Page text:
National press recently declared Clean Energy DC as the "strongest climate bill in the country." For one, it would require 100% clean electricity in DC by 2032. The bill also includes groundbreaking energy efficiency standards for existing buildings, which are the largest source of local pollution, as well as new funding for the Green Bank and Sustainable Energy Utility.

What: Clean Energy DC Act Hearing at DC Council
When: Tuesday, October 9th 11:00am - 2:00pm
Where: John A. Wilson Building, 1350 Pennsylvania NW
Why: To show up in force for the Clean Energy DC Act and encourage DC Council to pass this bill!
RSVP: RSVP today! or RSVP on Facebook

We encourage you to submit written testimony in support of the Clean Energy DC Act to the committee staff, Ms. Benjamin, at Written testimony will be accepted until October 23rd.

Can't make it? Send a letter to Councilmember McDuffie TODAY and urge him to support the Clean Energy DC Act - his support is crucial to passing this bill!

DC Palestinian Film & Arts Festival 2018

ONE DC is proud to serve as a community partner for the 8th Annual DC Palestinian Film & Arts Festival! From October 2-7, DCPFAF 2018 features 13 films, three hands-on tatreez and painting workshops, Spotlight Artist Saleh Bakri, and stand-up comedy with Mona Aburmishan!  Several events have sold out but there are still free events open to the public:

The Palestine Pop Up
Friday, October 5, 2018
6:00 PM 9:00 PM
1615 M Street Northwest
Featuring Watan, Tatreez & Tea, Levantinian, and Threads of Palestine

STAND-UP COMEDY // Mona Aburmishan
Sunday, October 7, 2018
6:00 PM 7:00 PM
The Kennedy Center (map)
Closing out the 8th annual DCPFAF on the Kennedy Center's Millennium Stage with stand-up comedian Mona Aburmishan. Show is free and open to the public.

Click here for full program & tickets

#ItsNotFare - Decriminalize Fare Evasion!

Currently, fare-evasion in the District is considered a crime that can result in arrest, up to 10 days in jail, and a fine of up to $300. The Fare Evasion Decriminalization Act of 2017 (Bill 22-408) would make fare evasion a civil offense punishable by a fine of no more than $100. Bill 22-408 recognizes that no one should have to face arrest of jail time for not affording a fare. The punishment does not fit the offense, and enforcement of such laws disproportionately impacts poor communities and communities of color.

The Facts:

  • Fare evasion stops and arrests target District residents. Fare evasion is not a crime in Virginia, and WMATA’s own reports show that most enforcement takes place in the District.
  • Fare evasion enforcement is racist. recent report by the Washington Lawyers’ Committee For Civil Rights and Urban Affairs found that fare evasion in DC is enforced almost exclusively against black riders, and studies of other jurisdictions (such as New YorkPortland and Minneapolis) reveal that people of color are stopped more often than their white counterparts on suspicion of fare evasion and are arrested and cited at much higher rates when they’ve been identified as evading a fare.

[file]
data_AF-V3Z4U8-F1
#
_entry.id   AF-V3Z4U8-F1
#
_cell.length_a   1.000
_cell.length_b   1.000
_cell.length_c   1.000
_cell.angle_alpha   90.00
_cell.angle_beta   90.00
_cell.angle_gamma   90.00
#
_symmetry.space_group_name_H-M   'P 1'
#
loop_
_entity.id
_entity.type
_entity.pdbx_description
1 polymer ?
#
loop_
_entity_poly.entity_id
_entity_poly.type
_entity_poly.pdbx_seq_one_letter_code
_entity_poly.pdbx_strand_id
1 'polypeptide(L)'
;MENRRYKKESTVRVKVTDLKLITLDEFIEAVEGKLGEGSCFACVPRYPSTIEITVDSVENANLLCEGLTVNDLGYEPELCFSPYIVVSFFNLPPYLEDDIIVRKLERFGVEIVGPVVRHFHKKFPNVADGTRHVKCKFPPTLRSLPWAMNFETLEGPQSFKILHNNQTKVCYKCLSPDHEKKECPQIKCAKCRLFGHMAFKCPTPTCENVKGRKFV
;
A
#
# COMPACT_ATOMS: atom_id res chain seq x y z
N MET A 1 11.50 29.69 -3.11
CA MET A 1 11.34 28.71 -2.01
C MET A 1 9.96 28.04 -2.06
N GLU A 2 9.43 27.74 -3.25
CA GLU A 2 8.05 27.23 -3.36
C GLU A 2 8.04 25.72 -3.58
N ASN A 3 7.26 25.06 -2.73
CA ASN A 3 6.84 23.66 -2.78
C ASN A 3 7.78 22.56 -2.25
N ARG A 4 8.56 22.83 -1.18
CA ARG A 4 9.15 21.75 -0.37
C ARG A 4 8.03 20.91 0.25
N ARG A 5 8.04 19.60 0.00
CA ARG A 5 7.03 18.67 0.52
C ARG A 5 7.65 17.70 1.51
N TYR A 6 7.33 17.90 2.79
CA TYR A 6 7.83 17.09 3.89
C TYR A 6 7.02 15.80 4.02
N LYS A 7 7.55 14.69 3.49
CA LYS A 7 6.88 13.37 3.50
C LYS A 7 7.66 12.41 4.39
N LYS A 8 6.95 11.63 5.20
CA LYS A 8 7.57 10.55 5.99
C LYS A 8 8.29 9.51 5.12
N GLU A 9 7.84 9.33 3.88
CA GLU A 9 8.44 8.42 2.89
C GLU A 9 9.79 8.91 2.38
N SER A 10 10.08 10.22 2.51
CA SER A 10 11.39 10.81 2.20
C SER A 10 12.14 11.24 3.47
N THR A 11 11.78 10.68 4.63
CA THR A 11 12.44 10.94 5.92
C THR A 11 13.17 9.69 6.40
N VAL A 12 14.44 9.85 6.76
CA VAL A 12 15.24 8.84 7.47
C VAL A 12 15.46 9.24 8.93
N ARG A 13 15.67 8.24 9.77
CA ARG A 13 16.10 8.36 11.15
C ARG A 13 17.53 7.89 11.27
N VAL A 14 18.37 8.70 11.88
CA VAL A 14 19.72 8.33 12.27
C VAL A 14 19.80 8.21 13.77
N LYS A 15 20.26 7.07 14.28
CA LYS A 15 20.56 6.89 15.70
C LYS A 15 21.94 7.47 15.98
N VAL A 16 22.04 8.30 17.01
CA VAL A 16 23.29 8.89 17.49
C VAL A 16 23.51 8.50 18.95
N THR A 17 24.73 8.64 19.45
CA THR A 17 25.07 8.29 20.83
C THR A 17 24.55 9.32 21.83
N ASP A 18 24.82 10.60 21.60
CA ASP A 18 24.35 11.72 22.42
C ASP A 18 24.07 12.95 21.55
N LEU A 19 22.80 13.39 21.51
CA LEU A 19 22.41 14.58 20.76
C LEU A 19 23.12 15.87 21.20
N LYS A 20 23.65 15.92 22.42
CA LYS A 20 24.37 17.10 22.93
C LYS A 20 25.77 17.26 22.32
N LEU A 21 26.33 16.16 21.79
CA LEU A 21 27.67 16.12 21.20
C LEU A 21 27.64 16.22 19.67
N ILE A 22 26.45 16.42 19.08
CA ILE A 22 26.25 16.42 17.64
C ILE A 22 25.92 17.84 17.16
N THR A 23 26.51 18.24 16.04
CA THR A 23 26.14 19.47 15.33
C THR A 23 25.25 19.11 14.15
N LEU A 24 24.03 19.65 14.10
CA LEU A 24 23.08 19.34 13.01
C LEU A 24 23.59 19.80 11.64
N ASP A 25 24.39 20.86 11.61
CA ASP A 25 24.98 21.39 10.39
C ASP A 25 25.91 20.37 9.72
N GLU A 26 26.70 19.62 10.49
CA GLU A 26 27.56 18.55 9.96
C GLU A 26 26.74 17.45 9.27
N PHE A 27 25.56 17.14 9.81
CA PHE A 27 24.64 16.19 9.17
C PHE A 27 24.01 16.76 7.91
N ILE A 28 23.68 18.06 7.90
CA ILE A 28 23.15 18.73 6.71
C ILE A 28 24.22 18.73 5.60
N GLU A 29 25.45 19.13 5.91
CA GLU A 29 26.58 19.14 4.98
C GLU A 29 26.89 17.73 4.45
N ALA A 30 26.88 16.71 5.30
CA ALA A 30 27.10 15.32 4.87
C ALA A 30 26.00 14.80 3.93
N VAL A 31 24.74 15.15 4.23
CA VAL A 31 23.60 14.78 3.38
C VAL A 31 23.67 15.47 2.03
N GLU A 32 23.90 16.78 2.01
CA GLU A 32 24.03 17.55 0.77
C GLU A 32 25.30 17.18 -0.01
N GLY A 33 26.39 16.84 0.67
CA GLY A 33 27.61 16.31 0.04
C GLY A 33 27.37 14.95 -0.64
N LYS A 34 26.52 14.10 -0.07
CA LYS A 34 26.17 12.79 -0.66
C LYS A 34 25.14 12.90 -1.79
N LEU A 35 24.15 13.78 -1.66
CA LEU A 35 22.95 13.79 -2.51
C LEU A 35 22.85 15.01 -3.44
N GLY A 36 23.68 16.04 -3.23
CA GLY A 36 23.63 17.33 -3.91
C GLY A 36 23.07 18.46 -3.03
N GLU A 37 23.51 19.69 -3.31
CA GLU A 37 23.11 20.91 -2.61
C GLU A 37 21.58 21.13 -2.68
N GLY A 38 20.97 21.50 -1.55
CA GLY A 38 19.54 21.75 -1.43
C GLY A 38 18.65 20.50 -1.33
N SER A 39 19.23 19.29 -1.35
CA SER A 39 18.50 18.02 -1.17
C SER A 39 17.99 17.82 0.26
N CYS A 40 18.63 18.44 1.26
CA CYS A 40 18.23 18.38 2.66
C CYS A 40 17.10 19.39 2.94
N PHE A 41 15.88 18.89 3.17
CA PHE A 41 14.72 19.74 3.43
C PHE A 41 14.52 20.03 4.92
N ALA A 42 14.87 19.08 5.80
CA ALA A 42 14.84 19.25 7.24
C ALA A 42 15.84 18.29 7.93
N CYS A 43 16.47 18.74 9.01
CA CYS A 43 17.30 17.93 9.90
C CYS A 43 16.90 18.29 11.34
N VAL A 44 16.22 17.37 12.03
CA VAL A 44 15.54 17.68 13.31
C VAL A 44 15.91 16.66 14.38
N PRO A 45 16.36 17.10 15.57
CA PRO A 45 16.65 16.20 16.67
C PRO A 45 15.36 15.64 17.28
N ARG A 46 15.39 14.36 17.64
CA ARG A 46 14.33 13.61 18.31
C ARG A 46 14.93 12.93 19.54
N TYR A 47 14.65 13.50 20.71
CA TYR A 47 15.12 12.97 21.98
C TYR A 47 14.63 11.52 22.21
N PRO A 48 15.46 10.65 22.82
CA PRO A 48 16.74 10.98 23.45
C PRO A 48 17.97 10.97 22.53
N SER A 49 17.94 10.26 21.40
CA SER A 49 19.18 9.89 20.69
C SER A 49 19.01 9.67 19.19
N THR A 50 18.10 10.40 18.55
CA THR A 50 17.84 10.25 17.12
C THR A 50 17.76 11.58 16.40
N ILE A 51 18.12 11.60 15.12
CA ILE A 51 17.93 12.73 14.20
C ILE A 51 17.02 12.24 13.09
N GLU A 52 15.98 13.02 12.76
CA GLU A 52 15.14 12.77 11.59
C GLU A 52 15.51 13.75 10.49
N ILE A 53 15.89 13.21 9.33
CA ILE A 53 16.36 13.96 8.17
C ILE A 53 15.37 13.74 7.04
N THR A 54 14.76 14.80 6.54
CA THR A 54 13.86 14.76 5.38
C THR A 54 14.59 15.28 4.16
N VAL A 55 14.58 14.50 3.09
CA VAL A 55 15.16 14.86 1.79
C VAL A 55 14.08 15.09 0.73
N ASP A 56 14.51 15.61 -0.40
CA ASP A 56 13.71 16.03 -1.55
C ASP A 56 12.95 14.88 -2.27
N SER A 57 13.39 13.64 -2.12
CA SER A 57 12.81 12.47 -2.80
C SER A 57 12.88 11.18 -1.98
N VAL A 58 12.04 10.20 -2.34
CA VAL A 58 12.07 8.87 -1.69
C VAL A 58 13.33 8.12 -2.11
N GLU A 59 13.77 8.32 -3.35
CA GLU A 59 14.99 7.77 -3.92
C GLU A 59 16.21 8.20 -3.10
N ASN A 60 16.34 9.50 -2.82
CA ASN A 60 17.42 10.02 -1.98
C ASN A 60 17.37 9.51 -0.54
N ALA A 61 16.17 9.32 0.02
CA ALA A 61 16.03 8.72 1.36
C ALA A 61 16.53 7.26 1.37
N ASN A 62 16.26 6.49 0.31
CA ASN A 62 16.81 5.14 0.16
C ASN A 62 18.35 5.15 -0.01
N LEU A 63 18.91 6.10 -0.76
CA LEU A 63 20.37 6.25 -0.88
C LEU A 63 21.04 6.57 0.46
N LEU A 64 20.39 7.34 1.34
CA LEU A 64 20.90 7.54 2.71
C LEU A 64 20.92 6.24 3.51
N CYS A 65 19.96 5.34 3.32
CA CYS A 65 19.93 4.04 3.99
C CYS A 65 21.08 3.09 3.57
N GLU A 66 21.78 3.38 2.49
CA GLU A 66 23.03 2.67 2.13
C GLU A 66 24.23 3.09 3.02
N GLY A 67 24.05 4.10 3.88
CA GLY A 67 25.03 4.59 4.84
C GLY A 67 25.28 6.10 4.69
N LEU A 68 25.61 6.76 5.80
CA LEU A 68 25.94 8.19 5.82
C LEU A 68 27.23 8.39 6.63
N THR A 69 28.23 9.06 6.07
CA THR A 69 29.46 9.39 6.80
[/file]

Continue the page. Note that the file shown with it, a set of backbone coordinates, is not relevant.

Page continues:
• Fare evasion arrests harm those who rely on metro the most. One in five District residents live in poverty, and many rely on metro transit as their primary mode of transportation. Because metro fares are distance based, these residents also have the highest cost burden because they must travel long distances to get to jobs, schools, doctors, and other services they rely upon. By continuing to criminalize fare evasion, we are saddling the most economically insecure with the threat of jail time and unreasonable fines. Someone who cannot pay a Metro fare certainly cannot pay a $300 fine.
  • Fare evasion arrests are costly. A simple citation or misdemeanor arrest can affect a person’s livelihood, can lead to parole being revoked for a returning citizen, and can affect a person’s immigration status. In addition to the human cost, arresting and jailing people for fare evasion diverts critical D.C. resources from addressing serious crimes, and ultimately harms public safety efforts. Taxpayer funds would be better spent investing in underserved communities in the District.
  • Fare evasion arrests are not an effective means of deterring fare evasion or of preventing other crimes. The belief that penalizing low-level crimes will prevent worse crimes, known as broken-windows policing, is a failed and discredited approach that led to the mass incarceration epidemic in this country.
  • Fare evasion stops have resulted in excessive use of force against riders by police. There have been multiple news stories in recent years of Metro transit officers using excessive force on riders they stopped on suspicion of fare evasion. Interactions like this are not only dangerous, they harm community trust in law enforcement. There is also no independent civilian oversight of Metro Transit Police when riders have complaints about officer misconduct, harassment, or discrimination.
  • Fare evasion arrests do not make money for Metro. WMATA makes the claim that it is losing $20 million annually from fare evasion, but it has been unable to back this up with evidence. The fact is that we don’t know how much fare evasion costs, but we do know that WMATA’s ridership has decreased over the past few years, and that has been attributed to service cuts, crashes, general unreliability, and the rise of ride-sharing companies like Lyft and Uber. WMATA should not make fare evasion the scapegoat for its shortcomings.